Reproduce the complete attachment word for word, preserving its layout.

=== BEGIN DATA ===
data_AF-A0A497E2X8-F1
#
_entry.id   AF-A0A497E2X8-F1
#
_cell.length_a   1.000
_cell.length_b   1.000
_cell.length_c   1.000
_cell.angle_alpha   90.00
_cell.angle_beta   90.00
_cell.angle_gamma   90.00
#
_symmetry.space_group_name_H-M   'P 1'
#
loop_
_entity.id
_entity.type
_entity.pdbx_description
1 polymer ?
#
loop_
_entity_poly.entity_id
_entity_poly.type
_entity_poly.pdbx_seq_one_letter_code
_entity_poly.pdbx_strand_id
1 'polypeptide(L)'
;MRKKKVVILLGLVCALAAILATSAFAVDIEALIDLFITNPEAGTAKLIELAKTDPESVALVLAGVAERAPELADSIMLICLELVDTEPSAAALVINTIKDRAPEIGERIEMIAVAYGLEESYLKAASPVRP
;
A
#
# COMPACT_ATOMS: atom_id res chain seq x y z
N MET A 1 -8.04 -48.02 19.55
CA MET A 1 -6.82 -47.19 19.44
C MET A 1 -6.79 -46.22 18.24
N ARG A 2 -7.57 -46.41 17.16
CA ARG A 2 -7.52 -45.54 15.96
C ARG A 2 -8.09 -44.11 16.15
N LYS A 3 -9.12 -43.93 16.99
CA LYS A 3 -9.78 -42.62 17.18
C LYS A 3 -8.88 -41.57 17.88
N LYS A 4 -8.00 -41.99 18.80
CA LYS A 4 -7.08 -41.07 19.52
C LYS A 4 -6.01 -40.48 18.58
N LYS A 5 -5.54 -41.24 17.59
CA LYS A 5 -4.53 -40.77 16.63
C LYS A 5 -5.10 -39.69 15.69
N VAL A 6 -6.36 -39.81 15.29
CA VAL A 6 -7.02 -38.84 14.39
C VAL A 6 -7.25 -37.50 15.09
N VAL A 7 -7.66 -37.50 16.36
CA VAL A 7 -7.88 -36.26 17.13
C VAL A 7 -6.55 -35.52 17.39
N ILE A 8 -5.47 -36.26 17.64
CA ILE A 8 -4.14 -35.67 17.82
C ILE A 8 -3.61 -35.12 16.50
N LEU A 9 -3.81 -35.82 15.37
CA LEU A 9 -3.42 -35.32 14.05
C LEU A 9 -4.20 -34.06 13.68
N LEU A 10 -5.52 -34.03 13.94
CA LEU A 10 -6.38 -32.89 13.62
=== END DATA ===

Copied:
data_AF-A0A497E2X8-F1
#
_entry.id   AF-A0A497E2X8-F1
#
_cell.length_a   1.000
_cell.length_b   1.000
_cell.length_c   1.000
_cell.angle_alpha   90.00
_cell.angle_beta   90.00
_cell.angle_gamma   90.00
#
_symmetry.space_group_name_H-M   'P 1'
#
loop_
_entity.id
_entity.type
_entity.pdbx_description
1 polymer ?
#
loop_
_entity_poly.entity_id
_entity_poly.type
_entity_poly.pdbx_seq_one_letter_code
_entity_poly.pdbx_strand_id
1 'polypeptide(L)'
;MRKKKVVILLGLVCALAAILATSAFAVDIEALIDLFITNPEAGTAKLIELAKTDPESVALVLAGVAERAPELADSIMLICLELVDTEPSAAALVINTIKDRAPEIGERIEMIAVAYGLEESYLKAASPVRP
;
A
#
# COMPACT_ATOMS: atom_id res chain seq x y z
N MET A 1 -8.04 -48.02 19.55
CA MET A 1 -6.82 -47.19 19.44
C MET A 1 -6.79 -46.22 18.24
N ARG A 2 -7.57 -46.41 17.16
CA ARG A 2 -7.52 -45.54 15.96
C ARG A 2 -8.09 -44.11 16.15
N LYS A 3 -9.12 -43.93 16.99
CA LYS A 3 -9.78 -42.62 17.18
C LYS A 3 -8.88 -41.57 17.88
N LYS A 4 -8.00 -41.99 18.80
CA LYS A 4 -7.08 -41.07 19.52
C LYS A 4 -6.01 -40.48 18.58
N LYS A 5 -5.54 -41.24 17.59
CA LYS A 5 -4.53 -40.77 16.63
C LYS A 5 -5.10 -39.69 15.69
N VAL A 6 -6.36 -39.81 15.29
CA VAL A 6 -7.02 -38.84 14.39
C VAL A 6 -7.25 -37.50 15.09
N VAL A 7 -7.66 -37.50 16.36
CA VAL A 7 -7.88 -36.26 17.13
C VAL A 7 -6.55 -35.52 17.39
N ILE A 8 -5.47 -36.26 17.64
CA ILE A 8 -4.14 -35.67 17.82
C ILE A 8 -3.61 -35.12 16.50
N LEU A 9 -3.81 -35.82 15.37
CA LEU A 9 -3.42 -35.32 14.05
C LEU A 9 -4.20 -34.06 13.68
N LEU A 10 -5.52 -34.03 13.94
CA LEU A 10 -6.38 -32.89 13.62